Boris Johnson has pledged the government's support for Northern Ireland's revived power-sharing executive, but sidestepped questions about funding to shore up the historic deal. This claim has been undermined by Northern Ireland's obligation to implement European Union customs codes at its ports.
His comments on the Nolan Show seemed to chime with what Mrs Foster had told the Today programme about an hour earlier when she said that "now we need to look also at ways in which we can raise revenue and also pay back to the UK and that's what we want to do - we want to make sure that pay our way as citizens of the United Kingdom".
"Leo Varadkar has never been called a bigot for refusing to sit in government with Sinn Fein".
Veterans minister Johnny Mercer, a longstanding critic of the unit, said the Government would continue to work to protect troops from "vexatious prosecutions".
Meanwhile fellow Tory MP James Gray, who chairs the all-party parliamentary group for the Armed Forces, said: "The notion, as has been rumoured, that one of the terms and conditions of the Stormont agreement is that all historical death cases should now be reopened would be an outrage and goes totally against the manifesto on which we were elected just one month ago".
The new agreement contained provision for "proper responsibility for the use of public funds", he said. "We have done our bit".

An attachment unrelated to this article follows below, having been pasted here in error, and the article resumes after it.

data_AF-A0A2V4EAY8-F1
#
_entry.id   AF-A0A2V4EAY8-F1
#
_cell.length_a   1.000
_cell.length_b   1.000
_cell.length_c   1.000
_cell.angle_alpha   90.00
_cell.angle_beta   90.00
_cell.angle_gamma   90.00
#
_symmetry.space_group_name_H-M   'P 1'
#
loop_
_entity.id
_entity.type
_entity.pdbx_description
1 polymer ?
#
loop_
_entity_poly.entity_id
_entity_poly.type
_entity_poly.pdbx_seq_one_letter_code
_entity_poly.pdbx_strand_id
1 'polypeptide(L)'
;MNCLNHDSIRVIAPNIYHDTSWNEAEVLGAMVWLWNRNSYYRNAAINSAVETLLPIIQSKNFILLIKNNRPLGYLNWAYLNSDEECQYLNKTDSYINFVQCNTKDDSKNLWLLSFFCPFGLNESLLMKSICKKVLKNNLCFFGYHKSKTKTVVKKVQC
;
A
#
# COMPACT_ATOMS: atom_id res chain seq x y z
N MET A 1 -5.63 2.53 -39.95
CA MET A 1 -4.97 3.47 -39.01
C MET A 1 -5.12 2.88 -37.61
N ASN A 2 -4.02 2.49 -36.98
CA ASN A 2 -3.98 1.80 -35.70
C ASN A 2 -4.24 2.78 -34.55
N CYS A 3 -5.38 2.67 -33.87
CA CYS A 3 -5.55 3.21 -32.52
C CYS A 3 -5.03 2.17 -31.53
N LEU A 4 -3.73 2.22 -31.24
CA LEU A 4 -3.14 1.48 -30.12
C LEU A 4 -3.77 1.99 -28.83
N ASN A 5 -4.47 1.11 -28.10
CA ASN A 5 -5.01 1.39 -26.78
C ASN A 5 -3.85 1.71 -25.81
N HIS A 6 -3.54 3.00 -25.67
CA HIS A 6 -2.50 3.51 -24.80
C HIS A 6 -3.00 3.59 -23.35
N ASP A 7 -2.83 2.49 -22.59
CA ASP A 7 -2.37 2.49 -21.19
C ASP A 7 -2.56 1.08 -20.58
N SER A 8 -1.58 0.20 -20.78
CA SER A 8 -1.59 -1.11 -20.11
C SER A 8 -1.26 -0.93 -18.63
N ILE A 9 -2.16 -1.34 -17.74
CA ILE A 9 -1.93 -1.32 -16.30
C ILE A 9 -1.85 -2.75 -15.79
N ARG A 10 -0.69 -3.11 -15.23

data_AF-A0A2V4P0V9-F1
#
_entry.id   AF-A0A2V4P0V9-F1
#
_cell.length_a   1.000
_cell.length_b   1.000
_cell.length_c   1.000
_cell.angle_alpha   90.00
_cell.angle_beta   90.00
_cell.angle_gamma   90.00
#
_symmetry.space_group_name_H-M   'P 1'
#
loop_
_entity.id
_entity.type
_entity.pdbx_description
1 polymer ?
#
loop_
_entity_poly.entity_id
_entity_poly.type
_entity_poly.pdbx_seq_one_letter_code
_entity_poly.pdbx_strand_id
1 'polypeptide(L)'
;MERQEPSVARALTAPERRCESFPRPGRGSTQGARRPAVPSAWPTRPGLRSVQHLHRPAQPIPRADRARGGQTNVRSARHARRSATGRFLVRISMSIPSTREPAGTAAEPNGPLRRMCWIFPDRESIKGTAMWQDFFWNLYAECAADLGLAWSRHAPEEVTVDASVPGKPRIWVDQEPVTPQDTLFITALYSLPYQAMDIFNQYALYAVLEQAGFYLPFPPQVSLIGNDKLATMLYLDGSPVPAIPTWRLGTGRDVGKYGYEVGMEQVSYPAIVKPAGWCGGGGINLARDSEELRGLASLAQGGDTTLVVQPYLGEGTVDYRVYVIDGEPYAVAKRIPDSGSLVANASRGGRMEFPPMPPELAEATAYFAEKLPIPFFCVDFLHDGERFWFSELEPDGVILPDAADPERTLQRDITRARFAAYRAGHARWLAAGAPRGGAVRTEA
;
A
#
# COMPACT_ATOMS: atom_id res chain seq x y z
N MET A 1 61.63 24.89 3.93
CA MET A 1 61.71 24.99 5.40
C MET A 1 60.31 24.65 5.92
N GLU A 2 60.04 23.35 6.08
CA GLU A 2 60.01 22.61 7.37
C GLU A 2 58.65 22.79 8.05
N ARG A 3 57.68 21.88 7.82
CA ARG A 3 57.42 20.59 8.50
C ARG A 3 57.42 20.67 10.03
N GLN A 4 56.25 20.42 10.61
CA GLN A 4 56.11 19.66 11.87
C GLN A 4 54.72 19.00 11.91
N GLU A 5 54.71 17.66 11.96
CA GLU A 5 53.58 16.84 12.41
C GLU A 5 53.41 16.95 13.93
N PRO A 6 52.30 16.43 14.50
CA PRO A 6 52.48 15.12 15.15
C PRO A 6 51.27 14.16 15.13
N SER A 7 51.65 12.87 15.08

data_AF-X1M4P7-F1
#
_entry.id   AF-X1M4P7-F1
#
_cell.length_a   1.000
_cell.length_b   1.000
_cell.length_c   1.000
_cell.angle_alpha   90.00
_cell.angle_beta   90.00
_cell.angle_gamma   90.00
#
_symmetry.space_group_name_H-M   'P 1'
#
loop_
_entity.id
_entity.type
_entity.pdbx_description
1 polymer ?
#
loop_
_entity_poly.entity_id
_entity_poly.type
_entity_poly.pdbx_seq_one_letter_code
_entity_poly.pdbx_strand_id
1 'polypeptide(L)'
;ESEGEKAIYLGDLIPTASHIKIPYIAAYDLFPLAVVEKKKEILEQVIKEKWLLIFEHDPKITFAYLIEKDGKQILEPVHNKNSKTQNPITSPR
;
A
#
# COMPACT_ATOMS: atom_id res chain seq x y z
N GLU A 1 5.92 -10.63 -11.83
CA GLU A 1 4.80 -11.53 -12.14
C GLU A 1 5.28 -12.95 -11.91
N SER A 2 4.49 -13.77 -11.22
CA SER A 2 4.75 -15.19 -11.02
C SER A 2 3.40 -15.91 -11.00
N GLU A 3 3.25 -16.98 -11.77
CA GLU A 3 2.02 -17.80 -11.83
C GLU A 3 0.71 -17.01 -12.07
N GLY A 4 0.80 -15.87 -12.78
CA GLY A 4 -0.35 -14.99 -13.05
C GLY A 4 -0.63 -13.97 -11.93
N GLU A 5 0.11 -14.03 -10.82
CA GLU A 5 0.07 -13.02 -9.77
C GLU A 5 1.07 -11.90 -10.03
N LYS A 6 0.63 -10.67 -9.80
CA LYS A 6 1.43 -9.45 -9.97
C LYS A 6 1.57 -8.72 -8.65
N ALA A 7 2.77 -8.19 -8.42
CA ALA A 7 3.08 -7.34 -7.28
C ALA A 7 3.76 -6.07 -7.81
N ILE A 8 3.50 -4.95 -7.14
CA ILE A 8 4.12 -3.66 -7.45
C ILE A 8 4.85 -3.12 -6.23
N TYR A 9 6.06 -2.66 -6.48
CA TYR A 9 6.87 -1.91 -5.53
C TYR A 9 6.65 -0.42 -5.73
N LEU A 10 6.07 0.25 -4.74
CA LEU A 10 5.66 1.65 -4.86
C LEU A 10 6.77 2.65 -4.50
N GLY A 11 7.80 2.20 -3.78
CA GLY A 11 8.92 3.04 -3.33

In July past year, the British Parliament passed legislation to bring the province into line with the rest of the United Kingdom, dictating that regulations governing same-sex marriage and civil partnerships will be made no later than 13 January, unless the devolved government was restored before 21 October.
Asked about the scandal, Johnson replied: "It is vital that public spending in Northern Ireland is properly invigilated and there is no repetition of that kind of thing".
He said the Northern Irish political parties had done a good job balancing that with giving confidence to victims of violence who were seeking answers.
With the detail of the deal to restore Stormont known since last Thursday night and the Executive having already been reformed on Saturday, Boris Johnson's visit to Stormont yesterday was nearly ceremonial.
Stalled mechanisms backed by Northern Ireland's parties in a 2014 agreement are due to be implemented as part of last week's accord.